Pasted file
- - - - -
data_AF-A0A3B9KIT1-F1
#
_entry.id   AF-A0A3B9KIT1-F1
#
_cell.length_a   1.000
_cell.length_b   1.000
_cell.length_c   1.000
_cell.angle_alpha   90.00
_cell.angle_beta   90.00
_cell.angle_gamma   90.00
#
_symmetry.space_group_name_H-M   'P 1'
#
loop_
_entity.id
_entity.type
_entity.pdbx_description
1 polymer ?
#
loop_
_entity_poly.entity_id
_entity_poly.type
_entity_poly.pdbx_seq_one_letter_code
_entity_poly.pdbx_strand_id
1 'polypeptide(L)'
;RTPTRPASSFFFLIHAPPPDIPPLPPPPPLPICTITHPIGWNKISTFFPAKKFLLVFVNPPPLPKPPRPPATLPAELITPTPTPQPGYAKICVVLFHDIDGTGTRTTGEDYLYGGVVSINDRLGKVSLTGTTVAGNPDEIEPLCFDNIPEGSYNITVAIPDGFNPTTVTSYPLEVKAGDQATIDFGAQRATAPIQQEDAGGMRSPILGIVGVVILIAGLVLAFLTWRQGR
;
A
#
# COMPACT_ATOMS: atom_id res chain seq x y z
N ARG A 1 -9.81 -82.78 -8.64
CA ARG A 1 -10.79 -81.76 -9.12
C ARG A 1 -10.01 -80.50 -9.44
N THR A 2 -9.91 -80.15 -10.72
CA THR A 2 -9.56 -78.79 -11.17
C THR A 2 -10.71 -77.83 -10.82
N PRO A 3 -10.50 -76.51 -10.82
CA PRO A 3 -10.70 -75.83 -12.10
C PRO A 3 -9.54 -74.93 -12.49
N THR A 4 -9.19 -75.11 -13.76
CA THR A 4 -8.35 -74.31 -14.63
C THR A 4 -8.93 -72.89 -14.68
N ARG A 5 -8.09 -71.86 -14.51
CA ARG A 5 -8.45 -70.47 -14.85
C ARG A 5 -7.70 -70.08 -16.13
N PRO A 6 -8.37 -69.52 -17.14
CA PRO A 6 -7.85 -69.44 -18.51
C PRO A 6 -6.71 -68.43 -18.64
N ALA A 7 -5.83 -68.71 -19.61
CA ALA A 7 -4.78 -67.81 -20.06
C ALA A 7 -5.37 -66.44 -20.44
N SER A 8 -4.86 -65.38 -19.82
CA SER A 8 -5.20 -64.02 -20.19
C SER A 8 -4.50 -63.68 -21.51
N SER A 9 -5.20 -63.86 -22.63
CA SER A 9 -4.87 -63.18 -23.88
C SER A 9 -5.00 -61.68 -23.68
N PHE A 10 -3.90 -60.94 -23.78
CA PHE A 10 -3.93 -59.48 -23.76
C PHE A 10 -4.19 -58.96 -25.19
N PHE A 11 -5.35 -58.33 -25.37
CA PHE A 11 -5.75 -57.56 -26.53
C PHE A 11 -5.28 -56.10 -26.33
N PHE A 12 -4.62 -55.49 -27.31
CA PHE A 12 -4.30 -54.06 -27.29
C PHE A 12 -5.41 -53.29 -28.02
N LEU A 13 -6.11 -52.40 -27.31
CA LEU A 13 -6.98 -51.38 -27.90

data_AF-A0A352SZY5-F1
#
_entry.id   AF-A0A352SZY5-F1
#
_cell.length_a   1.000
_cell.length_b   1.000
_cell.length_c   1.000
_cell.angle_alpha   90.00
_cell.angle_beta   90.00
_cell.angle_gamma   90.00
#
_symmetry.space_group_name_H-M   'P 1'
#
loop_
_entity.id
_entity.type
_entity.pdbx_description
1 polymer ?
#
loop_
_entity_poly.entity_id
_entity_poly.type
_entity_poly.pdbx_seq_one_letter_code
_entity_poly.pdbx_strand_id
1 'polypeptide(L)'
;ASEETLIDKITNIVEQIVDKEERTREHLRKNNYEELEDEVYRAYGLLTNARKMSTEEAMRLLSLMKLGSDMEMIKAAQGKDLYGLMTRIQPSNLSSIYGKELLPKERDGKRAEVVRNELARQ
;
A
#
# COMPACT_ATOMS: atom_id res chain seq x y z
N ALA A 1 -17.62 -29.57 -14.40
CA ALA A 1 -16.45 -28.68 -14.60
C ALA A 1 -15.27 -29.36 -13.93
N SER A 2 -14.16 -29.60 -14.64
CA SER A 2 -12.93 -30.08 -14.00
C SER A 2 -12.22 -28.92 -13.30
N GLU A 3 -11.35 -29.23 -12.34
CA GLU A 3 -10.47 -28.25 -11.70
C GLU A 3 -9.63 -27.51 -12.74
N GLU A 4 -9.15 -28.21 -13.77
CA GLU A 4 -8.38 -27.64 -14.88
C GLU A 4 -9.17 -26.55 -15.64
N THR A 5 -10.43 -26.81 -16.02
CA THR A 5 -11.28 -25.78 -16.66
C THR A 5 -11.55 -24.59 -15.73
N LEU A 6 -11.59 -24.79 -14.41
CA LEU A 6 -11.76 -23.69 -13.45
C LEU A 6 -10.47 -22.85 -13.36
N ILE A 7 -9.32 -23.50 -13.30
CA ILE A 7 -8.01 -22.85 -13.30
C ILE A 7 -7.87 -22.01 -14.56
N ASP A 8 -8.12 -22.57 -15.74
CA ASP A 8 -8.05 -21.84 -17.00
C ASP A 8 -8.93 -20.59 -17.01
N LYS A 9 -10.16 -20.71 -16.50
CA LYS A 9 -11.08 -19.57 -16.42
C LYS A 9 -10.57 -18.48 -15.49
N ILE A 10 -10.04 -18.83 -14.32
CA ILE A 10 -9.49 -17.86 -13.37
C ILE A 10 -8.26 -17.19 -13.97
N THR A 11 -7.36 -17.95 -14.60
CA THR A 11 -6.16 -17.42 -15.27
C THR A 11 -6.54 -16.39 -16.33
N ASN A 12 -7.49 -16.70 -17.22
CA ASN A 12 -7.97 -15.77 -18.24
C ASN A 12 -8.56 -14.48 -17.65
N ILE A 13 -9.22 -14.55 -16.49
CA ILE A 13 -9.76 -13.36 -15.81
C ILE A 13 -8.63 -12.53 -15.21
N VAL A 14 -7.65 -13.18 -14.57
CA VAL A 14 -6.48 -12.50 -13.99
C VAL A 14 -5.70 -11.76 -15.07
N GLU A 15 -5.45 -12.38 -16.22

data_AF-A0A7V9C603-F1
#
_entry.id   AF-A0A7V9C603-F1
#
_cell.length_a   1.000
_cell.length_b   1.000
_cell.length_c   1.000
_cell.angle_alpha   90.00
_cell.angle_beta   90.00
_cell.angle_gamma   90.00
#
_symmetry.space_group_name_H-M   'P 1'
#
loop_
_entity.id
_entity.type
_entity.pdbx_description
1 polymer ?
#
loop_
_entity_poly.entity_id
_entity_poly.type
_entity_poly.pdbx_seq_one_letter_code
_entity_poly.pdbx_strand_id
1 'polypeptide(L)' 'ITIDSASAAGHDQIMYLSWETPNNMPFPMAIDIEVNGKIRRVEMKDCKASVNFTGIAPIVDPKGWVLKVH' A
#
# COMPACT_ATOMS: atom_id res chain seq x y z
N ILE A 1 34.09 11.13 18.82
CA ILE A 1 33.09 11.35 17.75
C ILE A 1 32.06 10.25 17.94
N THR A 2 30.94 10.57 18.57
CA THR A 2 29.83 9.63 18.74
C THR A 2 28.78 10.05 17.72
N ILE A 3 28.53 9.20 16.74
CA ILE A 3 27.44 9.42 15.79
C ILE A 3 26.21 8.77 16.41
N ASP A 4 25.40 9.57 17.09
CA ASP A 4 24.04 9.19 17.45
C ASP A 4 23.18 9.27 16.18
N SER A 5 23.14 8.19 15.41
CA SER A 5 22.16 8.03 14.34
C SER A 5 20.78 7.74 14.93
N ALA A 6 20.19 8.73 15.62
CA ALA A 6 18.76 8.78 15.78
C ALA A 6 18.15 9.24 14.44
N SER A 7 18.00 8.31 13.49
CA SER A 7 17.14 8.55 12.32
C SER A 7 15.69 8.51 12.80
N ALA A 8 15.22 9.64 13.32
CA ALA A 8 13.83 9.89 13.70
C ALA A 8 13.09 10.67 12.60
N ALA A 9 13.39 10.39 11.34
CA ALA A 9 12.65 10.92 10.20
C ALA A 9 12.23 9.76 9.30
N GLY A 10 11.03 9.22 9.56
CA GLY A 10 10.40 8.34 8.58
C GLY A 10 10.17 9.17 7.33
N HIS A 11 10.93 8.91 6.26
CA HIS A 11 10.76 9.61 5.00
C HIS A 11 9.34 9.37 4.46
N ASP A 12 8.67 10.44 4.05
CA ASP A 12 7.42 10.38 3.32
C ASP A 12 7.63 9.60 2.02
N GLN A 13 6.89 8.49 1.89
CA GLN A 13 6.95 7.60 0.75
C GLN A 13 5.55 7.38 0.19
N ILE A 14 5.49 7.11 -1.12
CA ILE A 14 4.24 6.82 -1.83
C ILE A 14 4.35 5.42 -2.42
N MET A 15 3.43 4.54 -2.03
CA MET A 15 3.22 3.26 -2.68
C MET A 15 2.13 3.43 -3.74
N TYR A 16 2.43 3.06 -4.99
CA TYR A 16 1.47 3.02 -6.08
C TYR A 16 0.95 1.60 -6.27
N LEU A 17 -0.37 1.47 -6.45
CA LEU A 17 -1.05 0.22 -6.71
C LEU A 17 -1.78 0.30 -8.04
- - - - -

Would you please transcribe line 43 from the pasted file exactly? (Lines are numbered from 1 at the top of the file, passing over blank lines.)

N ARG A 5 -8.09 -71.86 -14.51